Notes and Editorial Reviews
THE DEVIL’S TRILL
PASSACAILLE 996 (60:36)
The Devil’s Trill.
Violin Sonatas: in e,
Violin Sonata in A,
No. 4 in G
Enrico Onofri’s recording of “virtuoso” Baroque violin sonatas explores the meaning of the adjective “virtuoso,” expanding it beyond the traditional sense exemplified by Nicolò Paganini and his followers (and earlier, of course, by Pietro Locatelli, Antonio Lolli, and their counterparts) to embrace striking expressive effects like the
messa di voce
that figures in Onofri’s performances. His program opens with Giuseppe Tartini’s well-known
—well known, perhaps, but mostly from Jean-Baptiste Cartier’s late 18th-century anthology
L’Art du violon
and its progeny (Joseph Szigeti’s brief history of editions begins here). Onofri, on the other hand, has gone back to what he considers an even earlier source, an imperfect manuscript now in the library of the Basilica of St. Anthony in Padua. Onofri assumes that much has been done to alter the version that Cartier printed; he uses it only to correct the manuscript he used in preparing his reading. Imaginarium’s, cellist, Alessandro Palmeri, plays Tartini’s skeletal bass line unadorned—Andrew Manze, in his recording of the work in
Tartini: The Devil’s Sonata
, (Harmonia Mundi 907213,
21:5), dispensed with the continuo altogether—but harpsichordist Riccardo Doni remains almost hyperactive throughout the first movement. Onofri himself adds expressive ornaments to enhance the solo line. The booklet gives the title of the second movement simply as
rather than as
, Cartier’s designation (Fritz Kreisler retitled it
). Onofri takes the movement at a fast clip, adding ornamental runs and crescendos stretching over a number of measures to keep Tartini’s metric engine purring. And he surrounds the Devil’s Trill itself in the last movement, but forgoes the opportunity provided in Cartier’s version (which Kreisler exploited to the highest degree of effectiveness) to provide a cadenza near the end. Throughout, Onofri includes the by-now obligatory nasal snorts at the beginnings of movements; the engineers have captured their full, rich resonance.
Francesco Maria Veracini’s Sonata in E Minor from his
has become perhaps his most enduring single work. Onofri and the ensemble bring technical savvy as well as a combination of witty interplay and dynamic subtlety to the first movement. He balances piquant staccatos with flowing cantabile in the second, concluding with his own bracing cadenza at the end, and energizes with strong dynamic contrasts the
that brings the Sonata to a close.
The notes, presumably by Onofri, describe the Sonata by Roman violinist Giovanni Mossi as a compendium of violinistic elements, and these come immediately—and overwhelmingly—to the fore in the work’s second movement. In such moments, Onofri displays the brilliance that listeners who remember his striking version of Antonio Vivaldi’s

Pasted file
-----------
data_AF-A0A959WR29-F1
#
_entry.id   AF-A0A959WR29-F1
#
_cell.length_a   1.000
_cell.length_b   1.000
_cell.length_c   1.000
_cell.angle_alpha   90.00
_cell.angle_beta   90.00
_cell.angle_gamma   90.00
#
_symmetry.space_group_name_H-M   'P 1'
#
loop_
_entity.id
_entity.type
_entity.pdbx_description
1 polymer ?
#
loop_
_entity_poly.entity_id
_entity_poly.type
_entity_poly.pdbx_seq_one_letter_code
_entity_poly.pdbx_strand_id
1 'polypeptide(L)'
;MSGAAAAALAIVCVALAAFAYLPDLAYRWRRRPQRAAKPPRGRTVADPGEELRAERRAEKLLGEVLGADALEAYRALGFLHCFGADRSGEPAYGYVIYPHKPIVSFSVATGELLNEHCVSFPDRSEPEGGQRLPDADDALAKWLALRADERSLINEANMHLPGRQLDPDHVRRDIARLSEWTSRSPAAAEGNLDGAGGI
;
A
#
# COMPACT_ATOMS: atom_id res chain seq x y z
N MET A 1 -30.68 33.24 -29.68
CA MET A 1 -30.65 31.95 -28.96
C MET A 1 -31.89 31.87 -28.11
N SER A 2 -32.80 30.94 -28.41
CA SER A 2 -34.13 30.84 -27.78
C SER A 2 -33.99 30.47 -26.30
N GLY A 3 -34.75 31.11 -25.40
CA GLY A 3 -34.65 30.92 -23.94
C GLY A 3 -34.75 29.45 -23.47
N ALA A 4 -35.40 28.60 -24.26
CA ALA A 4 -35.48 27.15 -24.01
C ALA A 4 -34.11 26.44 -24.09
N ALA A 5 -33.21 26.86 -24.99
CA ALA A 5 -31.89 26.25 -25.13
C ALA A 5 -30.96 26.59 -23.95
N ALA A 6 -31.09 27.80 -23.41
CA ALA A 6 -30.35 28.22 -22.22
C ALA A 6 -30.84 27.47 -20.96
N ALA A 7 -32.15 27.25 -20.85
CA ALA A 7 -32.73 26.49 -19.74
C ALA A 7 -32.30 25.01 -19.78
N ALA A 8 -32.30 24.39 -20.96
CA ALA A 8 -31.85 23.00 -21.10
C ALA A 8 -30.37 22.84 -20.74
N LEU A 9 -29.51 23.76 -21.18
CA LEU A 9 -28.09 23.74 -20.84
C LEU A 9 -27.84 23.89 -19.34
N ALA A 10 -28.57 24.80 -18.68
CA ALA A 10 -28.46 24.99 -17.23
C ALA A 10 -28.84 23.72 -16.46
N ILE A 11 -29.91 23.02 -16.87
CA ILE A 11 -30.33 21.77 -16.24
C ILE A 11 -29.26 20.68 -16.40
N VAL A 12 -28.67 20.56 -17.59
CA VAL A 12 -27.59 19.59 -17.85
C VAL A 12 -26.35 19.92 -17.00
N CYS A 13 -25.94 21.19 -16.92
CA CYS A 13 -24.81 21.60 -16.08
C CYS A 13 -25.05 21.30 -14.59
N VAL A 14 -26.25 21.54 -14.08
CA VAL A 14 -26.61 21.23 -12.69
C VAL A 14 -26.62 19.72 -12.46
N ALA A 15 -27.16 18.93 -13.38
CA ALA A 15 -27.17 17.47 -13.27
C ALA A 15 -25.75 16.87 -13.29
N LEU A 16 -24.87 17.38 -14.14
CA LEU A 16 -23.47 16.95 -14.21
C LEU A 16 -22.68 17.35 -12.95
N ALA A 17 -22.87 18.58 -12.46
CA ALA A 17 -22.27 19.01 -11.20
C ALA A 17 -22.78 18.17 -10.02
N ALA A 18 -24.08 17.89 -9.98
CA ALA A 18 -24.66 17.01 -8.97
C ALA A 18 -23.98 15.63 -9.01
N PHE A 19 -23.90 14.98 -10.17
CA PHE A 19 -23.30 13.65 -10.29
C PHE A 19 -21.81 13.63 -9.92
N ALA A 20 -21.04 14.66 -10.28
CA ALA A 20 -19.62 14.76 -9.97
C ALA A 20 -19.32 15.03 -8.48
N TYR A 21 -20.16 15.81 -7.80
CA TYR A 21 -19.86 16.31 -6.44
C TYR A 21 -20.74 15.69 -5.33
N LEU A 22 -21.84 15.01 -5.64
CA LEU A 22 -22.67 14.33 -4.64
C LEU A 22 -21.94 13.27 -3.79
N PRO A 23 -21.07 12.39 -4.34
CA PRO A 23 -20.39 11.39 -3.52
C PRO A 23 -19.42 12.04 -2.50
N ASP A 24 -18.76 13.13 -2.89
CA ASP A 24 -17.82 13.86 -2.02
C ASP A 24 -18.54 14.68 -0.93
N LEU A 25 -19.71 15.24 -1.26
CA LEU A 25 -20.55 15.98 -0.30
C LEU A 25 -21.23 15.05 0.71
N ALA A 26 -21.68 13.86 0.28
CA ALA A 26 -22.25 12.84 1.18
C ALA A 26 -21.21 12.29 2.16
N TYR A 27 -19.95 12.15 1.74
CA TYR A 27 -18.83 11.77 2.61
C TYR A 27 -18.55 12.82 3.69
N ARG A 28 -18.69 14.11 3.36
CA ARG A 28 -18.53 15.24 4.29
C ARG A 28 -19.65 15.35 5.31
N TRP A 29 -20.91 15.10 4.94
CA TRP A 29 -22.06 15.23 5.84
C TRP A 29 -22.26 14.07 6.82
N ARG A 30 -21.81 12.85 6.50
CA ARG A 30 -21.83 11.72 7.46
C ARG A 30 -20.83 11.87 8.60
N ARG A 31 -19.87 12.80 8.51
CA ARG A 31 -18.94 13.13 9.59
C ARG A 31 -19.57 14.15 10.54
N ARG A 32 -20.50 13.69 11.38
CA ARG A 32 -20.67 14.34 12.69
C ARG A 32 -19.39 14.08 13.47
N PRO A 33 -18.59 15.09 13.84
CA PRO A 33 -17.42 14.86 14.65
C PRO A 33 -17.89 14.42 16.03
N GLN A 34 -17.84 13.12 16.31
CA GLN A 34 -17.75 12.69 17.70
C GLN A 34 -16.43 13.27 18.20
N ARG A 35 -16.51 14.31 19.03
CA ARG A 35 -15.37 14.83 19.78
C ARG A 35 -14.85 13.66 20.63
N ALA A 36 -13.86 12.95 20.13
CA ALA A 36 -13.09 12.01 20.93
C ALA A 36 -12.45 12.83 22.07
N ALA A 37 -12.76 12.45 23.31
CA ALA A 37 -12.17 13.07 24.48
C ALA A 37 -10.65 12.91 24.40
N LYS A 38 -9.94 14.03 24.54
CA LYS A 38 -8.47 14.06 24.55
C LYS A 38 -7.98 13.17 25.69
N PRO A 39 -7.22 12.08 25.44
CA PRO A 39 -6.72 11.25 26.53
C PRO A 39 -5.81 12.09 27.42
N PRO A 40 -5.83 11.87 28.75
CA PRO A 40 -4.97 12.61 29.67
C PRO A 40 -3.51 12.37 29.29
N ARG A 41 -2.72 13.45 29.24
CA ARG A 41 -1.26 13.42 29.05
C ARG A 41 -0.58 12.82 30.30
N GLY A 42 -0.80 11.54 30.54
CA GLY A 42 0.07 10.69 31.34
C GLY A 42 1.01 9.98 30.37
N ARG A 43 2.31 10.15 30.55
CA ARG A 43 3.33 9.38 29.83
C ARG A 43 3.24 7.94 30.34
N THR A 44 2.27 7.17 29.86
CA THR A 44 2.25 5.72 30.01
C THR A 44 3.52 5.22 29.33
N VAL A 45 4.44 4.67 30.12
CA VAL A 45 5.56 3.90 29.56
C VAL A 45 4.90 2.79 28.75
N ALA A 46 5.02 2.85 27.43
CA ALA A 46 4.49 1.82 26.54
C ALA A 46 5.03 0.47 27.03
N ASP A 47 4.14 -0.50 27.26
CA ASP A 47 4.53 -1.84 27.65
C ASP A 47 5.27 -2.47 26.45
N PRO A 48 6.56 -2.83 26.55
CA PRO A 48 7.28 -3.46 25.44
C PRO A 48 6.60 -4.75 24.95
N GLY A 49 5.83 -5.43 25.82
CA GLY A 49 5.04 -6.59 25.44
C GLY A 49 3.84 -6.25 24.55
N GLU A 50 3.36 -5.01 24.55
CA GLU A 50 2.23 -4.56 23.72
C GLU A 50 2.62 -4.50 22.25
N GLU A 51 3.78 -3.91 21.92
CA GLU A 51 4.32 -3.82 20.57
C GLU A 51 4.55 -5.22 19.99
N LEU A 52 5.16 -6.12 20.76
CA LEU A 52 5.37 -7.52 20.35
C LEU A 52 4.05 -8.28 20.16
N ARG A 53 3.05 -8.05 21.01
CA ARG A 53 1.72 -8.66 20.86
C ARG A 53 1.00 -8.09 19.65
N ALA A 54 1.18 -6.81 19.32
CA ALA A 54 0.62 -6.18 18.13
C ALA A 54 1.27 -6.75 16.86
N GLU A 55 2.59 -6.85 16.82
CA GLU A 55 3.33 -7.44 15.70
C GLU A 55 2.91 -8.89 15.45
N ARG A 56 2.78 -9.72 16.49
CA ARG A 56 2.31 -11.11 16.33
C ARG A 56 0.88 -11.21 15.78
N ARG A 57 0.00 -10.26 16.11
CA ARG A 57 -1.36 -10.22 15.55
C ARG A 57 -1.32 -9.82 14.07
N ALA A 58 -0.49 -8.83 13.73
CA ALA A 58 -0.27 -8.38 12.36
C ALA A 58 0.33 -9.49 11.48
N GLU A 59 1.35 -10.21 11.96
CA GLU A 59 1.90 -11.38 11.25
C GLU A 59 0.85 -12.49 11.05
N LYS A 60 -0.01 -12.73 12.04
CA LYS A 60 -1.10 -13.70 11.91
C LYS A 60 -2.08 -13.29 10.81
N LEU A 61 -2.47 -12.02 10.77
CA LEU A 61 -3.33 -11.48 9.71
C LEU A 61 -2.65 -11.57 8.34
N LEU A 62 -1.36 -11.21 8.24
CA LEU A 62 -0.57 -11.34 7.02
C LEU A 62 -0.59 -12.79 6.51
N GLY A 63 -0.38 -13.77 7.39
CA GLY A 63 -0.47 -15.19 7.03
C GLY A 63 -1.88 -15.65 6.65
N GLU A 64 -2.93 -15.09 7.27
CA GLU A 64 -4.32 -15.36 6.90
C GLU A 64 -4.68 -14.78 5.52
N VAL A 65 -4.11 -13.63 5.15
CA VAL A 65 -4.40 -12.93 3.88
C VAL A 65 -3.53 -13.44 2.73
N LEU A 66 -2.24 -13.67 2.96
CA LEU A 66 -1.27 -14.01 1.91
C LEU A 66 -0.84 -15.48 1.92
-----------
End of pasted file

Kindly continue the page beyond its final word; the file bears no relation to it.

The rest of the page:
expect from him, but without punk cockiness; he and the ensemble endow the last movement with all the gravitas its fugal material suggests.
The Fifth Sonata from Veracini’s op. 2 opens with several examples of the
messa di voce
, the force of which may be lost on listeners unaware of its importance as an expressive device in the period during which Veracini wrote the Sonata—and of the difficulty of producing it. (Onofri cites Tartini’s advice to his student Maddalena Lombardini-Sirmen to practice the effect for an hour daily.) In the second movement, the ensemble sets the skittish violin accompaniment effectively against the melody presented in the continuo. Their exuberance lasts through all four movements into the
Fabio Biondi gave an account of these two sonatas in his collection of four of the works from the composer’s op. 2 and a Capriccio in G Minor (Opus 111 OPS 30,
19:1); Onofri’s tonal suavity and technical alertness resemble Biondi’s. Elizabeth Wallfisch’s complete set of the sonatas with the Locatelli Trio (Hyperion CDA 66871/3, which I mentioned as “magnificent” in the same issue of
) will appeal most strongly to those who prefer a less compromising approach to tone and technique in Baroque music, believing it to be more historically informed, though her vivacity and sense of fancy should endear her playing of these works to any listener.
Francesco Antonio Bonporti’s
No. 4 pours the same
joie de vivre
into a work combining dances (a
) with an Aria after an opening
. Onofri justifies the inclusion of this piece by reference to its expressive Aria and thereby further develops his theory that Baroque virtuosity encompassed more than mere finger-wiggling.
The engineers have provided a close-up portrait of the performers and their instruments (Onofri plays on an anonymous early 18th-century Italian violin) and their sonorous respiratory individualities. But the clarity of the picture yields precedence to the performances themselves, as well as to the vibrant quality of the repertory. Strongly recommended.
FANFARE: Robert Maxham
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